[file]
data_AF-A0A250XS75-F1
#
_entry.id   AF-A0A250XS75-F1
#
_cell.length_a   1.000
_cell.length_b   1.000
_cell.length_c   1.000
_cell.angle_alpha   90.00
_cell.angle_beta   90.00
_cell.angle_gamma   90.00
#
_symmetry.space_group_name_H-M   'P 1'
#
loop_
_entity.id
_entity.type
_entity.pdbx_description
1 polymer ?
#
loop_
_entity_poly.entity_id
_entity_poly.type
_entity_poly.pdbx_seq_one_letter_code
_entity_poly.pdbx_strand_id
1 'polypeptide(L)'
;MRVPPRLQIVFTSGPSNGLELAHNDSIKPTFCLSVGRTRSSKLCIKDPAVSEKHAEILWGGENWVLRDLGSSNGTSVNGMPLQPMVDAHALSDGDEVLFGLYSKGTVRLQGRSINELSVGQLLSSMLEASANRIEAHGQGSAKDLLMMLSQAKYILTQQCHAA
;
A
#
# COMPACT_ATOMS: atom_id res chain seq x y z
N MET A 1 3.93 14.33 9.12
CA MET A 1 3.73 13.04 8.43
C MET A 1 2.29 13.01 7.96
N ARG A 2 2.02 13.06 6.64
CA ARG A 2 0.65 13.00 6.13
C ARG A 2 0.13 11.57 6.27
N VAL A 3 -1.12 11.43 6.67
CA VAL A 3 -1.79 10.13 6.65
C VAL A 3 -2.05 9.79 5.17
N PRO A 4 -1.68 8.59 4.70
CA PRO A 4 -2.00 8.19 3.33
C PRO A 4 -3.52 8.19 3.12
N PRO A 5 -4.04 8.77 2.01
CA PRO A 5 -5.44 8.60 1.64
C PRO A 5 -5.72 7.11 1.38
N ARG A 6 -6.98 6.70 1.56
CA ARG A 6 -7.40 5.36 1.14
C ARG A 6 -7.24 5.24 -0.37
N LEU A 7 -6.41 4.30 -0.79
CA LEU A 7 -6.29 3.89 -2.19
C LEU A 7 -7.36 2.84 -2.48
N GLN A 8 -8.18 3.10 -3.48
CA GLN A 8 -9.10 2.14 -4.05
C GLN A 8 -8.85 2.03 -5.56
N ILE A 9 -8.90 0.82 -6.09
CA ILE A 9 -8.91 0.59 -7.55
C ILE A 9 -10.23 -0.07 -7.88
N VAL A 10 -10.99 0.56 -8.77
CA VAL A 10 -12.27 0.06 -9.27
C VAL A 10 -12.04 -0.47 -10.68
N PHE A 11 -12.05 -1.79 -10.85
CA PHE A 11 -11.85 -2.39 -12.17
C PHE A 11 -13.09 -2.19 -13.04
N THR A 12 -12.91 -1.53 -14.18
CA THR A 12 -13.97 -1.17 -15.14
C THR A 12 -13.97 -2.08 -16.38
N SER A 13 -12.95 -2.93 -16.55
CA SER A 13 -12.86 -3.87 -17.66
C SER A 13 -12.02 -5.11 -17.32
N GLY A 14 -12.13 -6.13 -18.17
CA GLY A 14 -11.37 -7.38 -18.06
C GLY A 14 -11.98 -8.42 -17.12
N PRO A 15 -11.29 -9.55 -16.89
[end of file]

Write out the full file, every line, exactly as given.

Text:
data_AF-A0A250XS75-F1
#
_entry.id   AF-A0A250XS75-F1
#
_cell.length_a   1.000
_cell.length_b   1.000
_cell.length_c   1.000
_cell.angle_alpha   90.00
_cell.angle_beta   90.00
_cell.angle_gamma   90.00
#
_symmetry.space_group_name_H-M   'P 1'
#
loop_
_entity.id
_entity.type
_entity.pdbx_description
1 polymer ?
#
loop_
_entity_poly.entity_id
_entity_poly.type
_entity_poly.pdbx_seq_one_letter_code
_entity_poly.pdbx_strand_id
1 'polypeptide(L)'
;MRVPPRLQIVFTSGPSNGLELAHNDSIKPTFCLSVGRTRSSKLCIKDPAVSEKHAEILWGGENWVLRDLGSSNGTSVNGMPLQPMVDAHALSDGDEVLFGLYSKGTVRLQGRSINELSVGQLLSSMLEASANRIEAHGQGSAKDLLMMLSQAKYILTQQCHAA
;
A
#
# COMPACT_ATOMS: atom_id res chain seq x y z
N MET A 1 3.93 14.33 9.12
CA MET A 1 3.73 13.04 8.43
C MET A 1 2.29 13.01 7.96
N ARG A 2 2.02 13.06 6.64
CA ARG A 2 0.65 13.00 6.13
C ARG A 2 0.13 11.57 6.27
N VAL A 3 -1.12 11.43 6.67
CA VAL A 3 -1.79 10.13 6.65
C VAL A 3 -2.05 9.79 5.17
N PRO A 4 -1.68 8.59 4.70
CA PRO A 4 -2.00 8.19 3.33
C PRO A 4 -3.52 8.19 3.12
N PRO A 5 -4.04 8.77 2.01
CA PRO A 5 -5.44 8.60 1.64
C PRO A 5 -5.72 7.11 1.38
N ARG A 6 -6.98 6.70 1.56
CA ARG A 6 -7.40 5.36 1.14
C ARG A 6 -7.24 5.24 -0.37
N LEU A 7 -6.41 4.30 -0.79
CA LEU A 7 -6.29 3.89 -2.19
C LEU A 7 -7.36 2.84 -2.48
N GLN A 8 -8.18 3.10 -3.48
CA GLN A 8 -9.10 2.14 -4.05
C GLN A 8 -8.85 2.03 -5.56
N ILE A 9 -8.90 0.82 -6.09
CA ILE A 9 -8.91 0.59 -7.55
C ILE A 9 -10.23 -0.07 -7.88
N VAL A 10 -10.99 0.56 -8.77
CA VAL A 10 -12.27 0.06 -9.27
C VAL A 10 -12.04 -0.47 -10.68
N PHE A 11 -12.05 -1.79 -10.85
CA PHE A 11 -11.85 -2.39 -12.17
C PHE A 11 -13.09 -2.19 -13.04
N THR A 12 -12.91 -1.53 -14.18
CA THR A 12 -13.97 -1.17 -15.14
C THR A 12 -13.97 -2.08 -16.38
N SER A 13 -12.95 -2.93 -16.55
CA SER A 13 -12.86 -3.87 -17.66
C SER A 13 -12.02 -5.11 -17.32
N GLY A 14 -12.13 -6.13 -18.17
CA GLY A 14 -11.37 -7.38 -18.06
C GLY A 14 -11.98 -8.42 -17.12
N PRO A 15 -11.29 -9.55 -16.89